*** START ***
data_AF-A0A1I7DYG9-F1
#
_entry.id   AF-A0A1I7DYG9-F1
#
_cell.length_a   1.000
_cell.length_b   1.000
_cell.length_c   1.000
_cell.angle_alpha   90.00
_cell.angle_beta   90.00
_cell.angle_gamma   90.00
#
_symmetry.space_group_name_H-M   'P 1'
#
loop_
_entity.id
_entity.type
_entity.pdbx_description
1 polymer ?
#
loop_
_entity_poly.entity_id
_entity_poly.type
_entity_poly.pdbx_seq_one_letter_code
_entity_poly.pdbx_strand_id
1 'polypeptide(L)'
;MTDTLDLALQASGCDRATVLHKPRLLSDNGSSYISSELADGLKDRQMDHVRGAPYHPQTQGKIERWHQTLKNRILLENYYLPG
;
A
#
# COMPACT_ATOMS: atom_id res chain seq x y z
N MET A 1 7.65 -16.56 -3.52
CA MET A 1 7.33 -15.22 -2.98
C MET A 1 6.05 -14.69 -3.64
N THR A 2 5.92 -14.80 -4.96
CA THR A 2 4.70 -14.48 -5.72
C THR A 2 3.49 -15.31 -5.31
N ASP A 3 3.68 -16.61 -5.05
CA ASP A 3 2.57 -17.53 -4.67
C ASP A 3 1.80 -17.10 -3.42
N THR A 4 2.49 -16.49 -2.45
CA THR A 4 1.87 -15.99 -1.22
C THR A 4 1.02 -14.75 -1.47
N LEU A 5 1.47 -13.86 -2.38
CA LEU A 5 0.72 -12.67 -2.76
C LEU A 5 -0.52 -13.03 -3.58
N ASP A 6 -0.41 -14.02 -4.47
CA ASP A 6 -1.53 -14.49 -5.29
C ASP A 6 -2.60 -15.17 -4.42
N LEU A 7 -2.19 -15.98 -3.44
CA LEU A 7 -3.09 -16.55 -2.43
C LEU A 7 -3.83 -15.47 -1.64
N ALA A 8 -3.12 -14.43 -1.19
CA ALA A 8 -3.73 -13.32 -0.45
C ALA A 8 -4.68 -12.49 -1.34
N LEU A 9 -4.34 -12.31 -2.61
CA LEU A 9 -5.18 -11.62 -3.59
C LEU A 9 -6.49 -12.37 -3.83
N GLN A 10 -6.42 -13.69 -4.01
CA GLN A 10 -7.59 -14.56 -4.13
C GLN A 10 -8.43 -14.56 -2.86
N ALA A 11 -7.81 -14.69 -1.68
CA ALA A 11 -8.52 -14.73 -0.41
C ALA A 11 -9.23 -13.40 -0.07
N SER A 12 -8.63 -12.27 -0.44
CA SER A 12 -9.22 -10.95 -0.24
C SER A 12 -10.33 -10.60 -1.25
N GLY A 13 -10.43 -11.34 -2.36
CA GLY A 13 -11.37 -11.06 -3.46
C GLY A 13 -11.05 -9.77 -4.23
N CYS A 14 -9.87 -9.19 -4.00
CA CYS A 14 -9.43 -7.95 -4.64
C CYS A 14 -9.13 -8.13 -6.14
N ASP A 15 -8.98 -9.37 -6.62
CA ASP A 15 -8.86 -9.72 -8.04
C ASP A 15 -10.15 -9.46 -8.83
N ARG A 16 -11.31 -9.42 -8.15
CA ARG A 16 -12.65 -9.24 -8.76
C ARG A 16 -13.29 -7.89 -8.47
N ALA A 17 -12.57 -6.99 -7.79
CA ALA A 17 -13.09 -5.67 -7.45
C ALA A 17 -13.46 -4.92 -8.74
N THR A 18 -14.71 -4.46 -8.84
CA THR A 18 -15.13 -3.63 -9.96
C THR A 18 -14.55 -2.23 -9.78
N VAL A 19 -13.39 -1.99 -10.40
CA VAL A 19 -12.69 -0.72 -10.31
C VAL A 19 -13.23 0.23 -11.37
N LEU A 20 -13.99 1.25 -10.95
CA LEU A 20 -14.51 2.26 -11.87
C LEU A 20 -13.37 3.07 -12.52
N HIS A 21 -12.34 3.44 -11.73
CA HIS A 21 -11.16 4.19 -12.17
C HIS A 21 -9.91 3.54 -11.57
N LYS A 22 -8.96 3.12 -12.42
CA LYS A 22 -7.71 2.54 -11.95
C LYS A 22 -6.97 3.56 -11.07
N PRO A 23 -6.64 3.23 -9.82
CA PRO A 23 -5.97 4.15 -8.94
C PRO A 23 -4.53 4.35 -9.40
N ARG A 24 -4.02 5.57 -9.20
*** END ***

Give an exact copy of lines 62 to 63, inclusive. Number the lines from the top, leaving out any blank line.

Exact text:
CA ALA A 11 -8.52 -14.73 -0.41
C ALA A 11 -9.23 -13.40 -0.07